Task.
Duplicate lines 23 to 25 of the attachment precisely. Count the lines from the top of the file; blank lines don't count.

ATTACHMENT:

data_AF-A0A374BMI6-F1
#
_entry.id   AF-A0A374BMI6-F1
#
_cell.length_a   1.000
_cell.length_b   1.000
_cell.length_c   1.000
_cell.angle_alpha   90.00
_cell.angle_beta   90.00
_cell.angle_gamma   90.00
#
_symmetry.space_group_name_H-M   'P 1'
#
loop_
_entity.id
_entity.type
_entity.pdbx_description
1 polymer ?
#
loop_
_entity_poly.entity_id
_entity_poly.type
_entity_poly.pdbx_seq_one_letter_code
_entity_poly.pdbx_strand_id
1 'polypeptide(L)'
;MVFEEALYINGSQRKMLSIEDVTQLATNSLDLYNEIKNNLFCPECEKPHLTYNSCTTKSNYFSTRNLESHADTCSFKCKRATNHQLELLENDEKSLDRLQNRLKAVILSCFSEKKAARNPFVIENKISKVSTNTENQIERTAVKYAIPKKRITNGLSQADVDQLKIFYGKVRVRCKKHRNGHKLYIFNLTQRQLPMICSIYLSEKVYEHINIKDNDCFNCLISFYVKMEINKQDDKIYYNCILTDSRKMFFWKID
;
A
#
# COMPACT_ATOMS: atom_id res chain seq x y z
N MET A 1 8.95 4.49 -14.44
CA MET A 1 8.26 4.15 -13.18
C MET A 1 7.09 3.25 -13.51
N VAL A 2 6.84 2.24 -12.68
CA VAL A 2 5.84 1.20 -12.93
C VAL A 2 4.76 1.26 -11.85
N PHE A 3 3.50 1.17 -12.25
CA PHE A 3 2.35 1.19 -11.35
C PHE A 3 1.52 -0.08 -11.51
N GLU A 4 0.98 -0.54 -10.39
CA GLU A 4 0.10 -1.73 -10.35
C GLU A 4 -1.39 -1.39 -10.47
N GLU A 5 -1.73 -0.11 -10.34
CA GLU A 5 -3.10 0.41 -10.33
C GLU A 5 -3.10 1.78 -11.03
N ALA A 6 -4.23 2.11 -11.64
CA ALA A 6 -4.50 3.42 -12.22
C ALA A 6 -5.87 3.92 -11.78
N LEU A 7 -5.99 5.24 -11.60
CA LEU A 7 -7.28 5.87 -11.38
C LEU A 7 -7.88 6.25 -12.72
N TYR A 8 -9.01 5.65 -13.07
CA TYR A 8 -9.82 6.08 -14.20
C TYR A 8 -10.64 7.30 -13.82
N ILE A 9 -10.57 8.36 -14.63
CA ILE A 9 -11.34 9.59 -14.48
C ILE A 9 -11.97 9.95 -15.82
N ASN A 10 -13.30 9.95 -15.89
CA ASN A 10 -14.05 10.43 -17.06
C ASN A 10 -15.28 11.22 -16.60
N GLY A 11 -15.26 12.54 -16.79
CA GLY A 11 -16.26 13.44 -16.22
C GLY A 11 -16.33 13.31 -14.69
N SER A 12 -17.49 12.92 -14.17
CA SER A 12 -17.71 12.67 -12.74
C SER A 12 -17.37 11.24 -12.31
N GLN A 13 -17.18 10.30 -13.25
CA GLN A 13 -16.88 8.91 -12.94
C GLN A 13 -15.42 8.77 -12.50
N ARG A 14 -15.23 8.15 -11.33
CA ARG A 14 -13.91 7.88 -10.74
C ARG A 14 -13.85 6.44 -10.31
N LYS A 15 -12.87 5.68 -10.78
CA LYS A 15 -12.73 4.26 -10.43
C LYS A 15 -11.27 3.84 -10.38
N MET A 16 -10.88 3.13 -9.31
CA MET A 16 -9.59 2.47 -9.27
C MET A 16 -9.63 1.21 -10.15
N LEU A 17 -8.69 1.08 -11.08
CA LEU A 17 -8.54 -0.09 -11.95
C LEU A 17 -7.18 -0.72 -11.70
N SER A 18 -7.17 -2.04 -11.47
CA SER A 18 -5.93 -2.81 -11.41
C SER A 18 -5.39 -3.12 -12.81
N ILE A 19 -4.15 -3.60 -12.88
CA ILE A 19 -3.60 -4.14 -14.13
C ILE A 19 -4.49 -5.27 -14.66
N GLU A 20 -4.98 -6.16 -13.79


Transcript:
_entity_poly.pdbx_seq_one_letter_code
_entity_poly.pdbx_strand_id
1 'polypeptide(L)'